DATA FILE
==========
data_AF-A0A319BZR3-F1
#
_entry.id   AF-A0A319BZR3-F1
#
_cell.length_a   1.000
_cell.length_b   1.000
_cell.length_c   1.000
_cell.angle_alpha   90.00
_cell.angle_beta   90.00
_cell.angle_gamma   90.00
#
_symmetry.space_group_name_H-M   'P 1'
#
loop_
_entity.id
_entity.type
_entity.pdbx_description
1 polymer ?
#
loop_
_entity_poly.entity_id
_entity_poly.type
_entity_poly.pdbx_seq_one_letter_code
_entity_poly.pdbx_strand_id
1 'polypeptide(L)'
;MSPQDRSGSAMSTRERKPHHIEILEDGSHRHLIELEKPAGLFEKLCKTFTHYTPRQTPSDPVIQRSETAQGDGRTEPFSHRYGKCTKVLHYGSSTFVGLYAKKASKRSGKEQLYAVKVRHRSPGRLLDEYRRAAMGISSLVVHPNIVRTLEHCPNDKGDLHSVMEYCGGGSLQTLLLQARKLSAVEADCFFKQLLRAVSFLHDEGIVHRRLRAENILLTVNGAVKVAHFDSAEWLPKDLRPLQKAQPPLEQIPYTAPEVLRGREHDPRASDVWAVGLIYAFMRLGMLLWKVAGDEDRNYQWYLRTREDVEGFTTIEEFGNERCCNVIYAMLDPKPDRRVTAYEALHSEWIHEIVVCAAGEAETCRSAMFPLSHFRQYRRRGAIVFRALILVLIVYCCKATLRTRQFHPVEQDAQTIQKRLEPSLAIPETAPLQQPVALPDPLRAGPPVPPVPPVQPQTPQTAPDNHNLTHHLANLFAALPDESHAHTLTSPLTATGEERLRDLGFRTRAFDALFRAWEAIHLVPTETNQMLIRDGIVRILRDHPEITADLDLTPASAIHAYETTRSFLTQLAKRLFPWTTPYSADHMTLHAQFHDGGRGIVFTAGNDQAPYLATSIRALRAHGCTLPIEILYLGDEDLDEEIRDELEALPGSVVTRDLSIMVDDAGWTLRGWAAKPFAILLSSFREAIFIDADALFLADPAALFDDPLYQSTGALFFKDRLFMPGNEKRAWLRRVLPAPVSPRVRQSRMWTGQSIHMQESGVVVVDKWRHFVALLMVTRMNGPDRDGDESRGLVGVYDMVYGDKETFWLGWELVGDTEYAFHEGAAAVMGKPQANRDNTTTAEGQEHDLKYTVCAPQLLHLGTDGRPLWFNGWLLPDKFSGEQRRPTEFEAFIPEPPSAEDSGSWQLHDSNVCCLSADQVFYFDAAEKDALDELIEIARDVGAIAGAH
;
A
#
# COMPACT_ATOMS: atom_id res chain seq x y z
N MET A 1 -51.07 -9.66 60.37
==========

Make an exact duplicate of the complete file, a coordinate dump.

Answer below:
data_AF-A0A319BZR3-F1
#
_entry.id   AF-A0A319BZR3-F1
#
_cell.length_a   1.000
_cell.length_b   1.000
_cell.length_c   1.000
_cell.angle_alpha   90.00
_cell.angle_beta   90.00
_cell.angle_gamma   90.00
#
_symmetry.space_group_name_H-M   'P 1'
#
loop_
_entity.id
_entity.type
_entity.pdbx_description
1 polymer ?
#
loop_
_entity_poly.entity_id
_entity_poly.type
_entity_poly.pdbx_seq_one_letter_code
_entity_poly.pdbx_strand_id
1 'polypeptide(L)'
;MSPQDRSGSAMSTRERKPHHIEILEDGSHRHLIELEKPAGLFEKLCKTFTHYTPRQTPSDPVIQRSETAQGDGRTEPFSHRYGKCTKVLHYGSSTFVGLYAKKASKRSGKEQLYAVKVRHRSPGRLLDEYRRAAMGISSLVVHPNIVRTLEHCPNDKGDLHSVMEYCGGGSLQTLLLQARKLSAVEADCFFKQLLRAVSFLHDEGIVHRRLRAENILLTVNGAVKVAHFDSAEWLPKDLRPLQKAQPPLEQIPYTAPEVLRGREHDPRASDVWAVGLIYAFMRLGMLLWKVAGDEDRNYQWYLRTREDVEGFTTIEEFGNERCCNVIYAMLDPKPDRRVTAYEALHSEWIHEIVVCAAGEAETCRSAMFPLSHFRQYRRRGAIVFRALILVLIVYCCKATLRTRQFHPVEQDAQTIQKRLEPSLAIPETAPLQQPVALPDPLRAGPPVPPVPPVQPQTPQTAPDNHNLTHHLANLFAALPDESHAHTLTSPLTATGEERLRDLGFRTRAFDALFRAWEAIHLVPTETNQMLIRDGIVRILRDHPEITADLDLTPASAIHAYETTRSFLTQLAKRLFPWTTPYSADHMTLHAQFHDGGRGIVFTAGNDQAPYLATSIRALRAHGCTLPIEILYLGDEDLDEEIRDELEALPGSVVTRDLSIMVDDAGWTLRGWAAKPFAILLSSFREAIFIDADALFLADPAALFDDPLYQSTGALFFKDRLFMPGNEKRAWLRRVLPAPVSPRVRQSRMWTGQSIHMQESGVVVVDKWRHFVALLMVTRMNGPDRDGDESRGLVGVYDMVYGDKETFWLGWELVGDTEYAFHEGAAAVMGKPQANRDNTTTAEGQEHDLKYTVCAPQLLHLGTDGRPLWFNGWLLPDKFSGEQRRPTEFEAFIPEPPSAEDSGSWQLHDSNVCCLSADQVFYFDAAEKDALDELIEIARDVGAIAGAH
;
A
#
# COMPACT_ATOMS: atom_id res chain seq x y z
N MET A 1 -51.07 -9.66 60.37